3. Improve capture, behavior, and appearance

After you have assessed it with thorough web browsing, you may proceed to take action to improve an archived web instance’s capture, behavior, and appearance. Captures indicative of systematically omitted but desired content, and/or of systematically included but excessive undesired content are best addressed at this stage by scope adjustment. Those that require more selective inclusion of erroneously omitted content are best addressed at this stage by patch crawling. Problems that NYARC cannot solve by thusly enhancing capture completeness must be reported via Support Ticket for improvement to and by Archive-It.

Adjust crawl scope

QA technicians must use the QA Report Form to recommend the host(s) and/or other specific URLs to be added, blocked, or limited in future crawls, or for which Robots.txt protocols must be overridden, precisely as each host or specific URL appears in the current crawl report’s Hosts tab. The Head of the NYARC Web Archiving Program and/or the QA technician may then follow the specific directions provided:

Patch crawl missing content

After you have identified opportunities to improve future crawls of the applicable seed(s) with scope adjustments, you may proceed to design and initiate a patch crawl of select missing content. (As a general rule, NYARC QA technicians do not patch crawl missing content on a page-by-page basis as is enabled by the View Missing URLs link on each captured webpage’s Wayback view, rather on a full crawl basis as is enabled by the View Missing URLs from Wayback QA link on each collection’s management page in the Archive-It software service interface).

View missing URLs from Wayback QA

To begin, navigate to the relevant collection’s management page in Archive-It and click on the Wayback QA link:

This provides you access to a list of links activated and thereafter detected by the Wayback interface to be missing from captures throughout the collection:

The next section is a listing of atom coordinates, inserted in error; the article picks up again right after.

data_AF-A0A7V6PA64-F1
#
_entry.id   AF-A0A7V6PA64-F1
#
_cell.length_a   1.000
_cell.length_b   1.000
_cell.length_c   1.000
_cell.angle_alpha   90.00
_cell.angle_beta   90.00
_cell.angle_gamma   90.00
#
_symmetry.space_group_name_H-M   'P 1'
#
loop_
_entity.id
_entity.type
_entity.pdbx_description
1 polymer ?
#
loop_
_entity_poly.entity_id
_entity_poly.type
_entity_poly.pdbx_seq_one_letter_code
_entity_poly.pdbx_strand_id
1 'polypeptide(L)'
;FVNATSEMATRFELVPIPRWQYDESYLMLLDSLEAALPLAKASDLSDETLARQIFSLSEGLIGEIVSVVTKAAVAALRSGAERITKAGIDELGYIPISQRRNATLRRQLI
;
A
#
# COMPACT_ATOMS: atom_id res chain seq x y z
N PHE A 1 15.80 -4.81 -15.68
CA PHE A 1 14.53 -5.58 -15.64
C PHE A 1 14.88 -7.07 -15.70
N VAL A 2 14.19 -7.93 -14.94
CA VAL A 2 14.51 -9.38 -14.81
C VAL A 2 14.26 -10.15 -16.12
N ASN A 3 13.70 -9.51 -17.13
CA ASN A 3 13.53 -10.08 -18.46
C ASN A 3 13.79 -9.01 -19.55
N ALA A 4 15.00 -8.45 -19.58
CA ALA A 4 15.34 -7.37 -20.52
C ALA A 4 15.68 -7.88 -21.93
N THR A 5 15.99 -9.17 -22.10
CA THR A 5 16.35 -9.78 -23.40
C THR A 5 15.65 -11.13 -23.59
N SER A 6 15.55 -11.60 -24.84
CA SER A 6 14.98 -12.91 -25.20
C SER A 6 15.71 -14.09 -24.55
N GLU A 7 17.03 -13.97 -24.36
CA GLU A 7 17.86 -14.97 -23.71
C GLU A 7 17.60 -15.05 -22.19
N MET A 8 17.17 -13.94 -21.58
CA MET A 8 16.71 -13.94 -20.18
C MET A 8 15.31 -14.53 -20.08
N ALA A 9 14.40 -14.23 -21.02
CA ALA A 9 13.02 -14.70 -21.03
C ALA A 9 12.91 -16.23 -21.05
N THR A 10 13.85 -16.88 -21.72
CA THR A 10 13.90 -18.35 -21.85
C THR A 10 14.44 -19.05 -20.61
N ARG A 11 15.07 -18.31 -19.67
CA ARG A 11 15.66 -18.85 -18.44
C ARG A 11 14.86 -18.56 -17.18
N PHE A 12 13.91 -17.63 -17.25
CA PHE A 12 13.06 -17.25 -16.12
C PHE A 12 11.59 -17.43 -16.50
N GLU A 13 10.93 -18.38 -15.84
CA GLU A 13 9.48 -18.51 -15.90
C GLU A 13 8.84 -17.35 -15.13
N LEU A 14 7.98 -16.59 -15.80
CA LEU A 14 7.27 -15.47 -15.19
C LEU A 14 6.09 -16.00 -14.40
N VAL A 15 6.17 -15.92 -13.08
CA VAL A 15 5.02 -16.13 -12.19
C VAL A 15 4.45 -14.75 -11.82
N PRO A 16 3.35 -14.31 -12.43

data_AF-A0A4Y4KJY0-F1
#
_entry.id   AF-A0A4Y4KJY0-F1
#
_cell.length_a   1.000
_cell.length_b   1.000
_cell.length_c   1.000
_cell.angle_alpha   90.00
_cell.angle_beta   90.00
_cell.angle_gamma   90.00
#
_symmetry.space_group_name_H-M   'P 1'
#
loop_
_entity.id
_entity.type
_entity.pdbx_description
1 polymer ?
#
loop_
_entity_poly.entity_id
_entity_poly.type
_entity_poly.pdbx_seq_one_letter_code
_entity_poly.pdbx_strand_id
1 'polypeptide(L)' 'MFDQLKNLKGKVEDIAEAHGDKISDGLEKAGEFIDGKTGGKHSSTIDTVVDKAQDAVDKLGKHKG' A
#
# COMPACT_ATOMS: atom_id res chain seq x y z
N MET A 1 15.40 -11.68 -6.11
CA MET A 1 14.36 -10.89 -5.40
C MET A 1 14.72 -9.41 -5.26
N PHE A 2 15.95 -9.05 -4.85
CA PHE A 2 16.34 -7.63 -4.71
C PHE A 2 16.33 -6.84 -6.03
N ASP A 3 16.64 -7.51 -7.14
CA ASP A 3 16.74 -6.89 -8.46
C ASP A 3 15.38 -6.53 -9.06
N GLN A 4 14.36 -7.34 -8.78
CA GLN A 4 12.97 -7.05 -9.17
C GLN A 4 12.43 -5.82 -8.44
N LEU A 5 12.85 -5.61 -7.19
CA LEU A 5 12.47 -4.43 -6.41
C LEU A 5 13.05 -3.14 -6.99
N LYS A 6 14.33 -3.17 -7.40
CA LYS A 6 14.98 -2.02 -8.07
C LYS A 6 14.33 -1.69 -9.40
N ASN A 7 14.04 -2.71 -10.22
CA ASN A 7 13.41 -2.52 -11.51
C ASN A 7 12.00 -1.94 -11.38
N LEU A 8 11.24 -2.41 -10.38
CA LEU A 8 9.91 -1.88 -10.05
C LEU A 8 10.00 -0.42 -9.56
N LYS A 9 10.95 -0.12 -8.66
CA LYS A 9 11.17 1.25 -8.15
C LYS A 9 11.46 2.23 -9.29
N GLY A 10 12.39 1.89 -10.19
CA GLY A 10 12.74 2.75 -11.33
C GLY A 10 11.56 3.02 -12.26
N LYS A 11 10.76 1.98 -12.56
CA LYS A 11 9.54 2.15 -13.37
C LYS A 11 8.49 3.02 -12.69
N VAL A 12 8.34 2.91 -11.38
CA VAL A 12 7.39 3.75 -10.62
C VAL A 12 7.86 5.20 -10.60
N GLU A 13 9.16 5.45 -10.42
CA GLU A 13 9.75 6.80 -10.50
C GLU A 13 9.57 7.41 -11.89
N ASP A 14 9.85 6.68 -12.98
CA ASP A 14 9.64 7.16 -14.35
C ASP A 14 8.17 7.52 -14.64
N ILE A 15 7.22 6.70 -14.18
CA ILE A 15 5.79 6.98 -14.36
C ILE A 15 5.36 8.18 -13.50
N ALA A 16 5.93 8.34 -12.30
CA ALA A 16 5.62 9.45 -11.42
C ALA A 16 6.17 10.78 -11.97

The list may be organized by clicking on the respective column header text to display items in ascending alphabetical order by the precise text of the missing URL, that of the source page from which it is missing, the possible reason that it is missing from the current capture, the general type of file that the URL represents, or the expected size of that file. Such organization is essential in order to efficiently manage problematic lists of missing URLs, which may be complicated by their volume and/or complexity.

Run Patch Crawl

To pursue missing content, select all relevant missing URLs, by clicking on the checkbox next to each URL, then clicking on the Patch Crawl Selected button in the left corner above the list:

Before running your patch crawl, Archive-It will prompt you to confirm your selection based on the reason they may be missing from the current capture. Documents “Blocked by Robots.txt” require that you first click on the capture documents blocked by robots.txt checkbox before clicking on the Run Patch Crawl button.

Clicking on the Run Patch Crawl button will queue your patch crawl to run in the order that it was initiated among NYARC’s other one-time, scheduled, and test crawls. You may abort or check on the status of your patch crawl at any time thereafter by hovering over the Crawls link in the Archive-It interface’s top navigational menu, then clicking on the Current Crawls link:

Running a patch crawl thusly will remove the selected missing URLs from view in your collection-wide list, so you may now return to the list by way of the Wayback QA link in order to patch crawl missing content from the list’s successive pages.

Evaluate and document patch crawl results

As with all other crawl types, the completion of a patch crawl initiates an email message to the Archive-It user with a link to a crawl report, which likewise may be accessed directly through the Archive-It software’s collection or reports interface, or through the Wayback QA tab under “Patch Crawl Reports.” The crawl’s report may be assessed immediately, however its effects upon the previously captured web instance will generally only be visible 24 hours after completion. After the requisite time has passed, access the archived web instance through the Wayback browser interface in order to evaluate the effectiveness of your patch crawl(s). Identify any further opportunities to capture select missing content enabled by your completed patch crawl, including the activation of newly detectable missing URLs, and run successive patch crawls as necessary.